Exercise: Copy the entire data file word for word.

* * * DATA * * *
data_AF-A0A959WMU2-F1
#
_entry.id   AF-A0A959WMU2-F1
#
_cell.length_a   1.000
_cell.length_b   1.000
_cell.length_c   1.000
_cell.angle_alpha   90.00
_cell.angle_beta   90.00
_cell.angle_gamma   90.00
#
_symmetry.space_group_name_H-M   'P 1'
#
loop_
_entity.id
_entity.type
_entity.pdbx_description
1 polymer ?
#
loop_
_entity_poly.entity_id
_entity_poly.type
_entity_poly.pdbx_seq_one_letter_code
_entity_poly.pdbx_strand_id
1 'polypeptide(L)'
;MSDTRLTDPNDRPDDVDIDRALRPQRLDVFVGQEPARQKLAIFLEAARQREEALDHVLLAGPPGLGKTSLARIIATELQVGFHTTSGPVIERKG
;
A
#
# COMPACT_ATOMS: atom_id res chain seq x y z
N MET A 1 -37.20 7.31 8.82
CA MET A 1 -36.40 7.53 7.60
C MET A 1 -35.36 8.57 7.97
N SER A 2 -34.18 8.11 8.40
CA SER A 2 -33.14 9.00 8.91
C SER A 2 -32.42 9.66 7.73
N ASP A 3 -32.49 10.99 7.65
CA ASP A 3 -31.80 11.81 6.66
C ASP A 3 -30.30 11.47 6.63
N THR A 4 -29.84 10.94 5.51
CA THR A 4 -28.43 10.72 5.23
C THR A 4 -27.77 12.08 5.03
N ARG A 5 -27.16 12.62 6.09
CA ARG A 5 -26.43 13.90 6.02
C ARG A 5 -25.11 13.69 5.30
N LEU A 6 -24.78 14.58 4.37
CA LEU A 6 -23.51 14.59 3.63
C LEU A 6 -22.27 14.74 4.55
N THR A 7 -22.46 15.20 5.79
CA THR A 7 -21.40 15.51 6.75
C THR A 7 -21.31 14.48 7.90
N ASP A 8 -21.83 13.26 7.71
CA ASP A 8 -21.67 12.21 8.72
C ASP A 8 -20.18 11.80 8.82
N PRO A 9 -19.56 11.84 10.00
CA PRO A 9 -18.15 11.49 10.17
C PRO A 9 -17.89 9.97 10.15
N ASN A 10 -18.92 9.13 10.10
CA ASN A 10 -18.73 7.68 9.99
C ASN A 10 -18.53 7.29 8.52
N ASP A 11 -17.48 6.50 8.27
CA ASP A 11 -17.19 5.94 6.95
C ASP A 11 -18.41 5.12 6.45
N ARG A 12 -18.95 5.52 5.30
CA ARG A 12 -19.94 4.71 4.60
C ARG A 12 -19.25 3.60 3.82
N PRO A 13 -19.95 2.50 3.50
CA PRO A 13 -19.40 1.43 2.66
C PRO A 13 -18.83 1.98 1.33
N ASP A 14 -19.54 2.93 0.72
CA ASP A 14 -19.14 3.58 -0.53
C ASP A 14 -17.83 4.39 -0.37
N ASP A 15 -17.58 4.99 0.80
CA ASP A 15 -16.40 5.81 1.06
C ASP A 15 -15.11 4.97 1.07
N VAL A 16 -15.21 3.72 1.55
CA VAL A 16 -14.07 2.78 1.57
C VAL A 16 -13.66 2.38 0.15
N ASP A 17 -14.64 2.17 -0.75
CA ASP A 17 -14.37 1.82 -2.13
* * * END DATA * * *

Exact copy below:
data_AF-A0A959WMU2-F1
#
_entry.id   AF-A0A959WMU2-F1
#
_cell.length_a   1.000
_cell.length_b   1.000
_cell.length_c   1.000
_cell.angle_alpha   90.00
_cell.angle_beta   90.00
_cell.angle_gamma   90.00
#
_symmetry.space_group_name_H-M   'P 1'
#
loop_
_entity.id
_entity.type
_entity.pdbx_description
1 polymer ?
#
loop_
_entity_poly.entity_id
_entity_poly.type
_entity_poly.pdbx_seq_one_letter_code
_entity_poly.pdbx_strand_id
1 'polypeptide(L)'
;MSDTRLTDPNDRPDDVDIDRALRPQRLDVFVGQEPARQKLAIFLEAARQREEALDHVLLAGPPGLGKTSLARIIATELQVGFHTTSGPVIERKG
;
A
#
# COMPACT_ATOMS: atom_id res chain seq x y z
N MET A 1 -37.20 7.31 8.82
CA MET A 1 -36.40 7.53 7.60
C MET A 1 -35.36 8.57 7.97
N SER A 2 -34.18 8.11 8.40
CA SER A 2 -33.14 9.00 8.91
C SER A 2 -32.42 9.66 7.73
N ASP A 3 -32.49 10.99 7.65
CA ASP A 3 -31.80 11.81 6.66
C ASP A 3 -30.30 11.47 6.63
N THR A 4 -29.84 10.94 5.51
CA THR A 4 -28.43 10.72 5.23
C THR A 4 -27.77 12.08 5.03
N ARG A 5 -27.16 12.62 6.09
CA ARG A 5 -26.43 13.90 6.02
C ARG A 5 -25.11 13.69 5.30
N LEU A 6 -24.78 14.58 4.37
CA LEU A 6 -23.51 14.59 3.63
C LEU A 6 -22.27 14.74 4.55
N THR A 7 -22.46 15.20 5.79
CA THR A 7 -21.40 15.51 6.75
C THR A 7 -21.31 14.48 7.90
N ASP A 8 -21.83 13.26 7.71
CA ASP A 8 -21.67 12.21 8.72
C ASP A 8 -20.18 11.80 8.82
N PRO A 9 -19.56 11.84 10.00
CA PRO A 9 -18.15 11.49 10.17
C PRO A 9 -17.89 9.97 10.15
N ASN A 10 -18.92 9.13 10.10
CA ASN A 10 -18.73 7.68 9.99
C ASN A 10 -18.53 7.29 8.52
N ASP A 11 -17.48 6.50 8.27
CA ASP A 11 -17.19 5.94 6.95
C ASP A 11 -18.41 5.12 6.45
N ARG A 12 -18.95 5.52 5.30
CA ARG A 12 -19.94 4.71 4.60
C ARG A 12 -19.25 3.60 3.82
N PRO A 13 -19.95 2.50 3.50
CA PRO A 13 -19.40 1.43 2.66
C PRO A 13 -18.83 1.98 1.33
N ASP A 14 -19.54 2.93 0.72
CA ASP A 14 -19.14 3.58 -0.53
C ASP A 14 -17.83 4.39 -0.37
N ASP A 15 -17.58 4.99 0.80
CA ASP A 15 -16.40 5.81 1.06
C ASP A 15 -15.11 4.97 1.07
N VAL A 16 -15.21 3.72 1.55
CA VAL A 16 -14.07 2.78 1.57
C VAL A 16 -13.66 2.38 0.15
N ASP A 17 -14.64 2.17 -0.75
CA ASP A 17 -14.37 1.82 -2.13